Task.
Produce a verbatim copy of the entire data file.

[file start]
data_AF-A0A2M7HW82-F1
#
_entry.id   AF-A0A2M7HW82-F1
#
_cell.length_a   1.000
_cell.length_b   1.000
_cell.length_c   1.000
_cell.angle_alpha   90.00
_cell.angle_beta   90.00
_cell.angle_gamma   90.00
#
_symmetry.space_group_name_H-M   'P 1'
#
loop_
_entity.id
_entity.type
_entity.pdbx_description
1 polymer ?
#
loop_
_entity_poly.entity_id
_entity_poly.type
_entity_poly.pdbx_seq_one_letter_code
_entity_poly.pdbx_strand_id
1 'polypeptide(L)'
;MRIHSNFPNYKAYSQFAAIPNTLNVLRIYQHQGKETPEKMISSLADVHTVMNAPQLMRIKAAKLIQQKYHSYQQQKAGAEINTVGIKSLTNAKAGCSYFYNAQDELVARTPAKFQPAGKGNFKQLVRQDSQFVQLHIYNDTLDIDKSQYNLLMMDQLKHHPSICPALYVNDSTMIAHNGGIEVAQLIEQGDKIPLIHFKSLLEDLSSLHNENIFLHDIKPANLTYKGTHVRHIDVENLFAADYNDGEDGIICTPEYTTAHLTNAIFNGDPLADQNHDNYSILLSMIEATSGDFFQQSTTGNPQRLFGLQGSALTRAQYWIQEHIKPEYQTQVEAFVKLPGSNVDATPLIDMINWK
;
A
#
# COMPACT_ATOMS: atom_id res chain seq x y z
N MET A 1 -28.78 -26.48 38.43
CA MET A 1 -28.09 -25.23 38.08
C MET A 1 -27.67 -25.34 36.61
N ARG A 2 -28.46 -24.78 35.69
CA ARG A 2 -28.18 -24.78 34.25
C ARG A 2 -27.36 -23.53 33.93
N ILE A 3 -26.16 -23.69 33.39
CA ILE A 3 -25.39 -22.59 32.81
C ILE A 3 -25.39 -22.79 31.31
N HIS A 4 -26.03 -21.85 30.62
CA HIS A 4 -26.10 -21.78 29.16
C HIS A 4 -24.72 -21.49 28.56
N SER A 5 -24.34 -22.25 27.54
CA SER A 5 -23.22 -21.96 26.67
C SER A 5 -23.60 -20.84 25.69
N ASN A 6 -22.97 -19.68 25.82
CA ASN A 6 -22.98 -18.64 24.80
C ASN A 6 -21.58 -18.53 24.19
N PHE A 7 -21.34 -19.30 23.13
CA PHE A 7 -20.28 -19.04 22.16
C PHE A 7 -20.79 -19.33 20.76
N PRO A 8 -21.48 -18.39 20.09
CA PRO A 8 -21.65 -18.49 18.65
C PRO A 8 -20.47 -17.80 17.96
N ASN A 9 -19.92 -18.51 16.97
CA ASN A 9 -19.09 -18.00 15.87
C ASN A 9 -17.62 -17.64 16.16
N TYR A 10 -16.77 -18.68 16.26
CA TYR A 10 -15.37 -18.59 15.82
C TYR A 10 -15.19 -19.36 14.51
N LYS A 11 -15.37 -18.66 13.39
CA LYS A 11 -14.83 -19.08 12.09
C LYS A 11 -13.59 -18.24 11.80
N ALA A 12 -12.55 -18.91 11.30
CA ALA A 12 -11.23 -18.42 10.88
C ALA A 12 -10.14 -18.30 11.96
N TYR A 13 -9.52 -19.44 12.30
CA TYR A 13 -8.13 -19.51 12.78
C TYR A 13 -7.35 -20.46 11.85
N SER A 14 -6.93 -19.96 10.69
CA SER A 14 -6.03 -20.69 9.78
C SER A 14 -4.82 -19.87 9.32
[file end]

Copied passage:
data_AF-A0A2M7HW82-F1
#
_entry.id   AF-A0A2M7HW82-F1
#
_cell.length_a   1.000
_cell.length_b   1.000
_cell.length_c   1.000
_cell.angle_alpha   90.00
_cell.angle_beta   90.00
_cell.angle_gamma   90.00
#
_symmetry.space_group_name_H-M   'P 1'
#
loop_
_entity.id
_entity.type
_entity.pdbx_description
1 polymer ?
#
loop_
_entity_poly.entity_id
_entity_poly.type
_entity_poly.pdbx_seq_one_letter_code
_entity_poly.pdbx_strand_id
1 'polypeptide(L)'
;MRIHSNFPNYKAYSQFAAIPNTLNVLRIYQHQGKETPEKMISSLADVHTVMNAPQLMRIKAAKLIQQKYHSYQQQKAGAEINTVGIKSLTNAKAGCSYFYNAQDELVARTPAKFQPAGKGNFKQLVRQDSQFVQLHIYNDTLDIDKSQYNLLMMDQLKHHPSICPALYVNDSTMIAHNGGIEVAQLIEQGDKIPLIHFKSLLEDLSSLHNENIFLHDIKPANLTYKGTHVRHIDVENLFAADYNDGEDGIICTPEYTTAHLTNAIFNGDPLADQNHDNYSILLSMIEATSGDFFQQSTTGNPQRLFGLQGSALTRAQYWIQEHIKPEYQTQVEAFVKLPGSNVDATPLIDMINWK
;
A
#
# COMPACT_ATOMS: atom_id res chain seq x y z
N MET A 1 -28.78 -26.48 38.43
CA MET A 1 -28.09 -25.23 38.08
C MET A 1 -27.67 -25.34 36.61
N ARG A 2 -28.46 -24.78 35.69
CA ARG A 2 -28.18 -24.78 34.25
C ARG A 2 -27.36 -23.53 33.93
N ILE A 3 -26.16 -23.69 33.39
CA ILE A 3 -25.39 -22.59 32.81
C ILE A 3 -25.39 -22.79 31.31
N HIS A 4 -26.03 -21.85 30.62
CA HIS A 4 -26.10 -21.78 29.16
C HIS A 4 -24.72 -21.49 28.56
N SER A 5 -24.34 -22.25 27.54
CA SER A 5 -23.22 -21.96 26.67
C SER A 5 -23.60 -20.84 25.69
N ASN A 6 -22.97 -19.68 25.82
CA ASN A 6 -22.98 -18.64 24.80
C ASN A 6 -21.58 -18.53 24.19
N PHE A 7 -21.34 -19.30 23.13
CA PHE A 7 -20.28 -19.04 22.16
C PHE A 7 -20.79 -19.33 20.76
N PRO A 8 -21.48 -18.39 20.09
CA PRO A 8 -21.65 -18.49 18.65
C PRO A 8 -20.47 -17.80 17.96
N ASN A 9 -19.92 -18.51 16.97
CA ASN A 9 -19.09 -18.00 15.87
C ASN A 9 -17.62 -17.64 16.16
N TYR A 10 -16.77 -18.68 16.26
CA TYR A 10 -15.37 -18.59 15.82
C TYR A 10 -15.19 -19.36 14.51
N LYS A 11 -15.37 -18.66 13.39
CA LYS A 11 -14.83 -19.08 12.09
C LYS A 11 -13.59 -18.24 11.80
N ALA A 12 -12.55 -18.91 11.30
CA ALA A 12 -11.23 -18.42 10.88
C ALA A 12 -10.14 -18.30 11.96
N TYR A 13 -9.52 -19.44 12.30
CA TYR A 13 -8.13 -19.51 12.78
C TYR A 13 -7.35 -20.46 11.85
N SER A 14 -6.93 -19.96 10.69
CA SER A 14 -6.03 -20.69 9.78
C SER A 14 -4.82 -19.87 9.32